CUDA is the Calabar Urban Development Authority. It is the agency in charge of the cleaning, clearing and evacuation of waste. It also functions as a sanitary agency, and waste disposal facility. It carries on city beautification duties like planting of grasses and flowers, clearing and pruning of trees on highways and also helps in maintaining city monuments and parks.
In the past, CUDA has remained too traditional thereby having less impact on the society. It somehow remains moribund that some of its duties were contracted out. The contraction of CUDA’s duties however increases the decay seen in Calabar in the final years of Liyel Imoke’s administration.
For Ben Ayade to have an impact on urban dwellers, he has to set a standard for CUDA. Setting the standard shouldn’t be in the collection and evacuation of waste alone. CUDA is one of the most powerful agencies in CRS. It is much more powerful than the commissioners and all their non performing ministries. How?
In the 21th century urban rejuvenation, any town planning authority has to reposition itself for better service delivery, job creation in urban cities, crime fighting technologies, transport networking and small to large scale industry development. How?
Cross River State is sitting on millions of metric tons of new energy gas otherwise known as biogas. That is, Cross River State could be the next biogas destination in Nigeria, and perhaps Africa at large. How? Now, let’s go to business.
Most of our toilets in CRS rural areas are still crude. That type of toilet na. Yes! That one for your village. The one with the bamboo line that sits on sticks and you have to do a balancing act to be able to poo. Haha, Chai! See gas.
In urban towns like Ogoja, Ikom, Ugep, Akamkpa, Odukpani, and Calabar, there are modern toilets everywhere. Where there is none, there’s an improvised one that has sewage septic tanks. I found out that when sewage tanks are full, trenches are dug where human waste is emptied. This method of sewage disposal has a very high poisoning rate to our aquifers and groundwater table. What should be done?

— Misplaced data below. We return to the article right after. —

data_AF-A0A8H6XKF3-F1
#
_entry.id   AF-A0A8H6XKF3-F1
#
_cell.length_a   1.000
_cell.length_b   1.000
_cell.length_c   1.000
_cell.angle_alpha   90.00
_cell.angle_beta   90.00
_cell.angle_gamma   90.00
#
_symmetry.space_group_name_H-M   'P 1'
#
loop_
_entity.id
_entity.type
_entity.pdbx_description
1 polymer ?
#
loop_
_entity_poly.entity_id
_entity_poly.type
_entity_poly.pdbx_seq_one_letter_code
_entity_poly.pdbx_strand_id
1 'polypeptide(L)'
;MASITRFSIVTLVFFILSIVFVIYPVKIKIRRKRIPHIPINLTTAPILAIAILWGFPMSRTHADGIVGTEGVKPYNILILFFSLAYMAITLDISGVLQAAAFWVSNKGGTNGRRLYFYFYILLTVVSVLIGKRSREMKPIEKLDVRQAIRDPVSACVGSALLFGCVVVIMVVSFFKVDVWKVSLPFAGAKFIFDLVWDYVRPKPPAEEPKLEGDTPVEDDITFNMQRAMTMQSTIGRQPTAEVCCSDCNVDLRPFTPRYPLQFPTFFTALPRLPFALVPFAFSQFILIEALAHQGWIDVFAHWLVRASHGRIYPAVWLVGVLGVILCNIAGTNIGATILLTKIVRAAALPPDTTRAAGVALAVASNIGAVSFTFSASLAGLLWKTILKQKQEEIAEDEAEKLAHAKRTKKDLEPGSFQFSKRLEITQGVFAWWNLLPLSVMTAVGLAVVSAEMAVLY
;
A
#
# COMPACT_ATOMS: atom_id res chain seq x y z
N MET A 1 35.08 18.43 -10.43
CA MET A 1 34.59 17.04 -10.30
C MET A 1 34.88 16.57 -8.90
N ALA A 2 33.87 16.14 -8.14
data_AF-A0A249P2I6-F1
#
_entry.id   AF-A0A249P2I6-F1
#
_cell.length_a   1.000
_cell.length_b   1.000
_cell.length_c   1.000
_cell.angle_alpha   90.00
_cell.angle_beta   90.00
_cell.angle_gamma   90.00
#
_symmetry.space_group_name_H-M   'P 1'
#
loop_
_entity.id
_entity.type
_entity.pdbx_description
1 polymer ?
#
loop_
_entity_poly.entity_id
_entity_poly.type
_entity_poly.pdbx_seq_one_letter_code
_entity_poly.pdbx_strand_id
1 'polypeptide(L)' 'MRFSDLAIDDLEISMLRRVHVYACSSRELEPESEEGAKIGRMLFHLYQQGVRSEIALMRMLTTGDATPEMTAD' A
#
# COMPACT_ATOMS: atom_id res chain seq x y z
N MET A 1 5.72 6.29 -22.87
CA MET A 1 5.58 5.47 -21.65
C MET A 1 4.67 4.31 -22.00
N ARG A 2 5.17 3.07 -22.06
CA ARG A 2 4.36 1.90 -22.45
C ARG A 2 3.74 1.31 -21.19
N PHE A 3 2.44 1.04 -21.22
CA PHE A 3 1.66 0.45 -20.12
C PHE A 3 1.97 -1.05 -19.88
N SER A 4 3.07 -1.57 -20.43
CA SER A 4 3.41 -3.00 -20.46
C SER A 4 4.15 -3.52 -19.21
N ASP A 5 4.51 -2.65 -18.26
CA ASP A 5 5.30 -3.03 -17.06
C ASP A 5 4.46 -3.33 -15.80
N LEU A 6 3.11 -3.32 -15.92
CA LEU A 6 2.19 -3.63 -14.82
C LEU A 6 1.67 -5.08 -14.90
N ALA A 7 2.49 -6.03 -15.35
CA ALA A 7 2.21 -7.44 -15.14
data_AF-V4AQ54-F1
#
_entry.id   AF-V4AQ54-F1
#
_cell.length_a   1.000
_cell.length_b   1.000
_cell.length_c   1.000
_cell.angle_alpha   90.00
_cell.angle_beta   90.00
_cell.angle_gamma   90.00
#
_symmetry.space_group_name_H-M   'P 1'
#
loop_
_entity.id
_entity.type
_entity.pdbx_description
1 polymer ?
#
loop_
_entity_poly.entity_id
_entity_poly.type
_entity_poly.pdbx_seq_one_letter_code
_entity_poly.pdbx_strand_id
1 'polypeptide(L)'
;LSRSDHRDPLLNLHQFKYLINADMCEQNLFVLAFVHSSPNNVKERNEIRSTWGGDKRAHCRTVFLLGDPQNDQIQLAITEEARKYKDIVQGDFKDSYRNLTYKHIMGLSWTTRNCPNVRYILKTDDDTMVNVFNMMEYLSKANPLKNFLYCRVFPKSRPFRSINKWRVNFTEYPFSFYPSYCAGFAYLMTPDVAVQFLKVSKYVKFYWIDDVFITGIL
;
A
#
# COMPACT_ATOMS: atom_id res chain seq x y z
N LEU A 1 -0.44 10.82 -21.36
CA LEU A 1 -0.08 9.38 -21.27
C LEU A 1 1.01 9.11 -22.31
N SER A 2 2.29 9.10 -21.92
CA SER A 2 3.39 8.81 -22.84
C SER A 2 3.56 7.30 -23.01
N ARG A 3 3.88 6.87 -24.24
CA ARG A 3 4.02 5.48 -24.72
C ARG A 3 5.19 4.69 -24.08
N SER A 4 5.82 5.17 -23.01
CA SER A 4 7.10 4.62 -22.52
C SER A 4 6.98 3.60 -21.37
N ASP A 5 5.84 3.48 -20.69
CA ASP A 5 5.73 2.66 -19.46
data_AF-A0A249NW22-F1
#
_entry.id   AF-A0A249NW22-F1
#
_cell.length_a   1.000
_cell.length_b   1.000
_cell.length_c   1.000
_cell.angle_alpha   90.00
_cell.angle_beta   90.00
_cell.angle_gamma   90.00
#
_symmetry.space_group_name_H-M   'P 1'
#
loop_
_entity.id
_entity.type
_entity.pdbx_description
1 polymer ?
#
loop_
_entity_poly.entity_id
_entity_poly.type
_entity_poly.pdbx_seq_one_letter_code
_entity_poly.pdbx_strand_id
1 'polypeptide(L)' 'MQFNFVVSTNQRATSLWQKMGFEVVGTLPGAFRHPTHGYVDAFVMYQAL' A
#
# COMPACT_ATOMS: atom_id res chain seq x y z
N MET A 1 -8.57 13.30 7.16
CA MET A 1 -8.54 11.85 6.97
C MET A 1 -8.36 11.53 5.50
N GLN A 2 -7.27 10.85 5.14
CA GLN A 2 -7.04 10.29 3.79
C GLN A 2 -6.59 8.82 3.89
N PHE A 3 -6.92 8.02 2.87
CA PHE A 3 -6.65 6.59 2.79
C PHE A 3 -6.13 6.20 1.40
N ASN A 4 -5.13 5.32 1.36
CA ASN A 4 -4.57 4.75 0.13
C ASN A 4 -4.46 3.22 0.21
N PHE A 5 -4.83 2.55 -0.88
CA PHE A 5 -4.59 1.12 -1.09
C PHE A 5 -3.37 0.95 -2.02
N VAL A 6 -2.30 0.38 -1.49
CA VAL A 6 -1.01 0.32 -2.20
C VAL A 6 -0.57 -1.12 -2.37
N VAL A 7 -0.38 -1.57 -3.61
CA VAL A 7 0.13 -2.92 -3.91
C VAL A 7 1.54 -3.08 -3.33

CUDA could set up biogas plants around the three major urban centres and perhaps other necessary centres deemed better. Now, what’s needed for biogas production in CRS?
The toilets in CRS and indeed the country have not been harvested for biogas. CUDA should as a matter of urgency acquire evacuation trucks and tanks, set up state of the art equipment for the building of biogas plants. Establishing biogas facilities across CRS will go a long way in developing over 1500 jobs in the first year of its kind operations.
Another feeder system which goes hand in glove with the biogas plant is a fertilizer plant. Because there will be a higher level of production, there will also be a higher level of waste. However, with addition of some chemicals and treatment, CRS can therefore be on it way to generating it own fertilizer for its own farmers and indeed other states and for export. The fertilizer plant can employ maybe 300-500 people in a low scale.
Although CUDA has been lifting waste, its inability to develop a waste recycling plant has been the major reason why the state government under Imoke contracted out waste evacuation contracts to private firms. But until now, from its inception in 2000, CUDA has not been able to develop mini recyclers in this state; so worrying. In an era where waste is wealth, we are still dumping waste in dump sites unattended to.
My idea is for the state to develop recycling plants across the state. We could have bottle crushing companies that can smelt bottles that are added in trash, and can use the crush to mould new bottles. We can actually have a bottling company where new bottles can be made. Otherwise sell our crushed bottle pillets to Nigeria Bottling Company, at Aba. As someone who has received early industrial training in bottle moulding and extrusion, this is a multimillion business and could employ up to 1500-2000 young professional graduates and school dropouts.
All evacuated waste in Africa has 45% food material and animal waste, 32% nylon, 13% hard waste and sand. That is 45% of the waste evacuated can be turned into biogas without problem. That means, we have been wasting 45% of our gas.
Now 32% of the evacuated waste has nylon; nylon can be recycled. The recycled nylon is very important in Asia. They use it for making packaging bags. Recycled nylon can be remolded to produce safety boots, jerry cans, rubber slippers, and everything rubber related. CRS can manufacture it own rubber goods for export. A recycling machine, otherwise called extrusion/extruder machine can work 24/7. This recycling plant can employ 40-100 people depending on the size. However, the nylon recycled can also produce more nylon for packaging goods. A combination of the recycling plant and the manufacturing plant can employ upto 500-1000 at a smaller scale.
Ifere Paul did a six-month long intensive training in Nepal on Biogas Development
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